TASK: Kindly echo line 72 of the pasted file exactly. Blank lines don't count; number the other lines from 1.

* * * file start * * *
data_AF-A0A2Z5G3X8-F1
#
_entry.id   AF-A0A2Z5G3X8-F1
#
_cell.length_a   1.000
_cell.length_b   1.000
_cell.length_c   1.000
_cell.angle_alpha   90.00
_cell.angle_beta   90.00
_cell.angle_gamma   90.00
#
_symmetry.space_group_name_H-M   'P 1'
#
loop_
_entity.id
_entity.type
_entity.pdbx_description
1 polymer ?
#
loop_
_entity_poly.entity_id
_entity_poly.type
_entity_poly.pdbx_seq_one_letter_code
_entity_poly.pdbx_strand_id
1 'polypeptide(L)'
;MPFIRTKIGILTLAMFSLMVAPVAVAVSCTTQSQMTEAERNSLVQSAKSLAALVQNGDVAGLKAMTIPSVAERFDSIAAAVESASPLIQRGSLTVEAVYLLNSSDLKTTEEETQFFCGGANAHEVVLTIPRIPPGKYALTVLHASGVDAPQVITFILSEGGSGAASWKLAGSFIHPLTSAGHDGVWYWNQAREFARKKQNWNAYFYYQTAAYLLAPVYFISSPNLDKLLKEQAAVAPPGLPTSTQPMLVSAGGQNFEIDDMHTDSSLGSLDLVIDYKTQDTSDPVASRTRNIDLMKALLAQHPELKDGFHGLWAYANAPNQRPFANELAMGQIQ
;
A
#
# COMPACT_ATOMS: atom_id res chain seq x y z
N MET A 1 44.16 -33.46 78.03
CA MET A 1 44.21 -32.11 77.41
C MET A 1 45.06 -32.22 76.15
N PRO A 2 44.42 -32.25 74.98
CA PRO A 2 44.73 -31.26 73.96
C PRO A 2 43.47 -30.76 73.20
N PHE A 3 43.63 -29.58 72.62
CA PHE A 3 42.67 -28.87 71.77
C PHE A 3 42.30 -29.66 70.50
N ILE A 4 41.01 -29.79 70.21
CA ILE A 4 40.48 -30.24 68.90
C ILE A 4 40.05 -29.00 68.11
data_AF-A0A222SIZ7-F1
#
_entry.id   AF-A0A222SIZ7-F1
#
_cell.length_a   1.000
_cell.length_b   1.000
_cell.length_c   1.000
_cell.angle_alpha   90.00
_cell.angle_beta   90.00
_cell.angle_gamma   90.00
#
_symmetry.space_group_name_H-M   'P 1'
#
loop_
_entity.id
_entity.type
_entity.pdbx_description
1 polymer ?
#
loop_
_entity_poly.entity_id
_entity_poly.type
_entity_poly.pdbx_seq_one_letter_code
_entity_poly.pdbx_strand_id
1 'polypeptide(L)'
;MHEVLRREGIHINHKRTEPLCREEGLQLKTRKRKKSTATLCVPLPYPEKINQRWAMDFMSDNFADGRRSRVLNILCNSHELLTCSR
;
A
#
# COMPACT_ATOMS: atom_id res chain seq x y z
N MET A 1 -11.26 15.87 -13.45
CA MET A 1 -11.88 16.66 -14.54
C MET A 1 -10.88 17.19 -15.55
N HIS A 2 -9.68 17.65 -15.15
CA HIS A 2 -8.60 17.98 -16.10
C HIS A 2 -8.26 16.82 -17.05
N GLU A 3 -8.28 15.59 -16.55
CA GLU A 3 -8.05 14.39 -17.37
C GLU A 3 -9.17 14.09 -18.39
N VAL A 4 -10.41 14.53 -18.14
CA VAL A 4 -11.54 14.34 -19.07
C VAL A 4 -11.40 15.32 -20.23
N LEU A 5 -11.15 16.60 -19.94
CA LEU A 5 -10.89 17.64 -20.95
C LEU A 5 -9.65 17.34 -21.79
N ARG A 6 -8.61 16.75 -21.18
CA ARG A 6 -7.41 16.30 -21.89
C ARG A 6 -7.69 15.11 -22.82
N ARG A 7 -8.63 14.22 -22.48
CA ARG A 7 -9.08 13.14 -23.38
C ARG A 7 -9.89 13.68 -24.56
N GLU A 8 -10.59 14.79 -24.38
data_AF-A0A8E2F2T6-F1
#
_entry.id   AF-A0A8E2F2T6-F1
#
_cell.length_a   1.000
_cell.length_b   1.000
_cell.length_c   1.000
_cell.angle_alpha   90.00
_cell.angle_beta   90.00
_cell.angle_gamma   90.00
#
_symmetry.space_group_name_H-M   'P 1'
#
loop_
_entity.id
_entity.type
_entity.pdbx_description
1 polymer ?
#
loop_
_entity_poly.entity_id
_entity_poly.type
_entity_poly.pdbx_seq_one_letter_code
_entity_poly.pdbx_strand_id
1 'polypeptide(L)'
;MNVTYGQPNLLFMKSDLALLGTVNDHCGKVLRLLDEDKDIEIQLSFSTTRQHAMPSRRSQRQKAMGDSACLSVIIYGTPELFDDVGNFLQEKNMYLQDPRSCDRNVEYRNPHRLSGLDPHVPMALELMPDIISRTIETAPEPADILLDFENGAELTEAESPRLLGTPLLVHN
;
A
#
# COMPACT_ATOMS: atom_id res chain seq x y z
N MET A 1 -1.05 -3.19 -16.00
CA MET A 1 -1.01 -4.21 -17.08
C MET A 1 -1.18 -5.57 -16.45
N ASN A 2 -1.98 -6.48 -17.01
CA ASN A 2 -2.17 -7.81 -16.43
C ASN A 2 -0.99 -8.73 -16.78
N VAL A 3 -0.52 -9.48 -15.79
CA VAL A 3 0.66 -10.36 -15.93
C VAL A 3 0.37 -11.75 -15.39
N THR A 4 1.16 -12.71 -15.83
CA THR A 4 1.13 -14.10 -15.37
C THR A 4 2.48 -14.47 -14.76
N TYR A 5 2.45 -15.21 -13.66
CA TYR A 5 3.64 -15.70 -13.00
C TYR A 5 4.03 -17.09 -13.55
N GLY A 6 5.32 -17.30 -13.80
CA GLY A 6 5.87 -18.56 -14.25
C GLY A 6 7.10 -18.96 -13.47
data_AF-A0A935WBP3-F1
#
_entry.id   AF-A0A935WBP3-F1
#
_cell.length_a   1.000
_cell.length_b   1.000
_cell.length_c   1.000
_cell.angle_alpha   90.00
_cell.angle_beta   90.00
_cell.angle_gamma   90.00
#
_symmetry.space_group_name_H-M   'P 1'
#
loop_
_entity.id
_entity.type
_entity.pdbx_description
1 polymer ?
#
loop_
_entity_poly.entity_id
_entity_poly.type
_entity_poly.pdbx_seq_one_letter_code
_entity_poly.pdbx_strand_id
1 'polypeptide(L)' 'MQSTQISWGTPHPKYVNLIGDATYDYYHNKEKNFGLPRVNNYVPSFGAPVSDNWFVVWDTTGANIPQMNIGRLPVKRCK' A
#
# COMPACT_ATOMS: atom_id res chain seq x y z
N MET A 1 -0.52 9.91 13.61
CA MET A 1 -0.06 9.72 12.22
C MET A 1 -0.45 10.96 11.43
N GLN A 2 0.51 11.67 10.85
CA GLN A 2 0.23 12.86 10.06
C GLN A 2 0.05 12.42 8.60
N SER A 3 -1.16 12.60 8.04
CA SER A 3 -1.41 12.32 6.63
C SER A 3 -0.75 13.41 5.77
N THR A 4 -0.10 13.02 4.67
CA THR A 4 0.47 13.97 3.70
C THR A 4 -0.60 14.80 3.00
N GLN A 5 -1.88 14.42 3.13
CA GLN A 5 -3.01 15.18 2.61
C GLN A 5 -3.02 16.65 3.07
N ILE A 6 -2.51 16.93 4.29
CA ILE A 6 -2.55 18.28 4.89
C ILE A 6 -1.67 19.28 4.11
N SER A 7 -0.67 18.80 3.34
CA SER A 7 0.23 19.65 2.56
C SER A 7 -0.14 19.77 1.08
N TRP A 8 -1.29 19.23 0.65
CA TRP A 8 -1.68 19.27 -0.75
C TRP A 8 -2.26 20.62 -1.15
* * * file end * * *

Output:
# COMPACT_ATOMS: atom_id res chain seq x y z